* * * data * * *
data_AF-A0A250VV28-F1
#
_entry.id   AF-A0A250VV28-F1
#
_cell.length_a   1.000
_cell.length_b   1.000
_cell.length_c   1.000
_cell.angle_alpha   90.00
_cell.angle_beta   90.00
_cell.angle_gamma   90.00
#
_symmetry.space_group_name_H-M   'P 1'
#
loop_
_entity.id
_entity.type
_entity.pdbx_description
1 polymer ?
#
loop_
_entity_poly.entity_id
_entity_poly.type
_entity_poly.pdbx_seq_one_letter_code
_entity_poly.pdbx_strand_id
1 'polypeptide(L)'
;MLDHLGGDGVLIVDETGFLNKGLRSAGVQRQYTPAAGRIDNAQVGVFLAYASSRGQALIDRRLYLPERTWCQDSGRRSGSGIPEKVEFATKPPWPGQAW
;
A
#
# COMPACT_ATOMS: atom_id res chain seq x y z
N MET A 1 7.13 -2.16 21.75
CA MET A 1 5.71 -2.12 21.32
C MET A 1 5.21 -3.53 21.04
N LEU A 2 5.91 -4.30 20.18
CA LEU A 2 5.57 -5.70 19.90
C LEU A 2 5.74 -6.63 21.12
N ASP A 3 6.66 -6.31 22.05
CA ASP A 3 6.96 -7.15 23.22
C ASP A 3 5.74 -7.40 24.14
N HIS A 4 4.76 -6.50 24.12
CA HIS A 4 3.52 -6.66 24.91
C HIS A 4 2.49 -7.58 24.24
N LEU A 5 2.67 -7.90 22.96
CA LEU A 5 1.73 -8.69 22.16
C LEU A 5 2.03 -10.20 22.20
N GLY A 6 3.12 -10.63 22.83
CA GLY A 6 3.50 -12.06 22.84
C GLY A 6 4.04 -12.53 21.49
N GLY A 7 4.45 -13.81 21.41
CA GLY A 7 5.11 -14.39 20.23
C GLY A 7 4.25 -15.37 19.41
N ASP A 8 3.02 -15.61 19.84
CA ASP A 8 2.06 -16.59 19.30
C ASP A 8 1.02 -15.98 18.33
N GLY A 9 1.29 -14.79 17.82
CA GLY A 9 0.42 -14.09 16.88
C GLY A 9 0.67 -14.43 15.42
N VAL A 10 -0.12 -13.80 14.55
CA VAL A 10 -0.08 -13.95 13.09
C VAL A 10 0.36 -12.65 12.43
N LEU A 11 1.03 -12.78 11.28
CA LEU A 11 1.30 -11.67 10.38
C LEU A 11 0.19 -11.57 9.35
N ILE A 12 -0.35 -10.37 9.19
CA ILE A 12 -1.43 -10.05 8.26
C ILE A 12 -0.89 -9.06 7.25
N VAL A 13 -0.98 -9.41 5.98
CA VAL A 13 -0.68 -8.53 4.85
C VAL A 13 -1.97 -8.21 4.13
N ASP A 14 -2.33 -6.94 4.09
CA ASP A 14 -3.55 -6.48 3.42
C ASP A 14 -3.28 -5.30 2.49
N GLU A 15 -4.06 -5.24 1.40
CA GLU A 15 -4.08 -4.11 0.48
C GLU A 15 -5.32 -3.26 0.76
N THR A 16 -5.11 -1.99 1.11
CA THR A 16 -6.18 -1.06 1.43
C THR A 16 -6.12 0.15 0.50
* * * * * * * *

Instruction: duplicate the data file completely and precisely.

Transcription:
data_AF-A0A250VV28-F1
#
_entry.id   AF-A0A250VV28-F1
#
_cell.length_a   1.000
_cell.length_b   1.000
_cell.length_c   1.000
_cell.angle_alpha   90.00
_cell.angle_beta   90.00
_cell.angle_gamma   90.00
#
_symmetry.space_group_name_H-M   'P 1'
#
loop_
_entity.id
_entity.type
_entity.pdbx_description
1 polymer ?
#
loop_
_entity_poly.entity_id
_entity_poly.type
_entity_poly.pdbx_seq_one_letter_code
_entity_poly.pdbx_strand_id
1 'polypeptide(L)'
;MLDHLGGDGVLIVDETGFLNKGLRSAGVQRQYTPAAGRIDNAQVGVFLAYASSRGQALIDRRLYLPERTWCQDSGRRSGSGIPEKVEFATKPPWPGQAW
;
A
#
# COMPACT_ATOMS: atom_id res chain seq x y z
N MET A 1 7.13 -2.16 21.75
CA MET A 1 5.71 -2.12 21.32
C MET A 1 5.21 -3.53 21.04
N LEU A 2 5.91 -4.30 20.18
CA LEU A 2 5.57 -5.70 19.90
C LEU A 2 5.74 -6.63 21.12
N ASP A 3 6.66 -6.31 22.05
CA ASP A 3 6.96 -7.15 23.22
C ASP A 3 5.74 -7.40 24.14
N HIS A 4 4.76 -6.50 24.12
CA HIS A 4 3.52 -6.66 24.91
C HIS A 4 2.49 -7.58 24.24
N LEU A 5 2.67 -7.90 22.96
CA LEU A 5 1.73 -8.69 22.16
C LEU A 5 2.03 -10.20 22.20
N GLY A 6 3.12 -10.63 22.83
CA GLY A 6 3.50 -12.06 22.84
C GLY A 6 4.04 -12.53 21.49
N GLY A 7 4.45 -13.81 21.41
CA GLY A 7 5.11 -14.39 20.23
C GLY A 7 4.25 -15.37 19.41
N ASP A 8 3.02 -15.61 19.84
CA ASP A 8 2.06 -16.59 19.30
C ASP A 8 1.02 -15.98 18.33
N GLY A 9 1.29 -14.79 17.82
CA GLY A 9 0.42 -14.09 16.88
C GLY A 9 0.67 -14.43 15.42
N VAL A 10 -0.12 -13.80 14.55
CA VAL A 10 -0.08 -13.95 13.09
C VAL A 10 0.36 -12.65 12.43
N LEU A 11 1.03 -12.78 11.28
CA LEU A 11 1.30 -11.67 10.38
C LEU A 11 0.19 -11.57 9.35
N ILE A 12 -0.35 -10.37 9.19
CA ILE A 12 -1.43 -10.05 8.26
C ILE A 12 -0.89 -9.06 7.25
N VAL A 13 -0.98 -9.41 5.98
CA VAL A 13 -0.68 -8.53 4.85
C VAL A 13 -1.97 -8.21 4.13
N ASP A 14 -2.33 -6.94 4.09
CA ASP A 14 -3.55 -6.48 3.42
C ASP A 14 -3.28 -5.30 2.49
N GLU A 15 -4.06 -5.24 1.40
CA GLU A 15 -4.08 -4.11 0.48
C GLU A 15 -5.32 -3.26 0.76
N THR A 16 -5.11 -1.99 1.11
CA THR A 16 -6.18 -1.06 1.43
C THR A 16 -6.12 0.15 0.50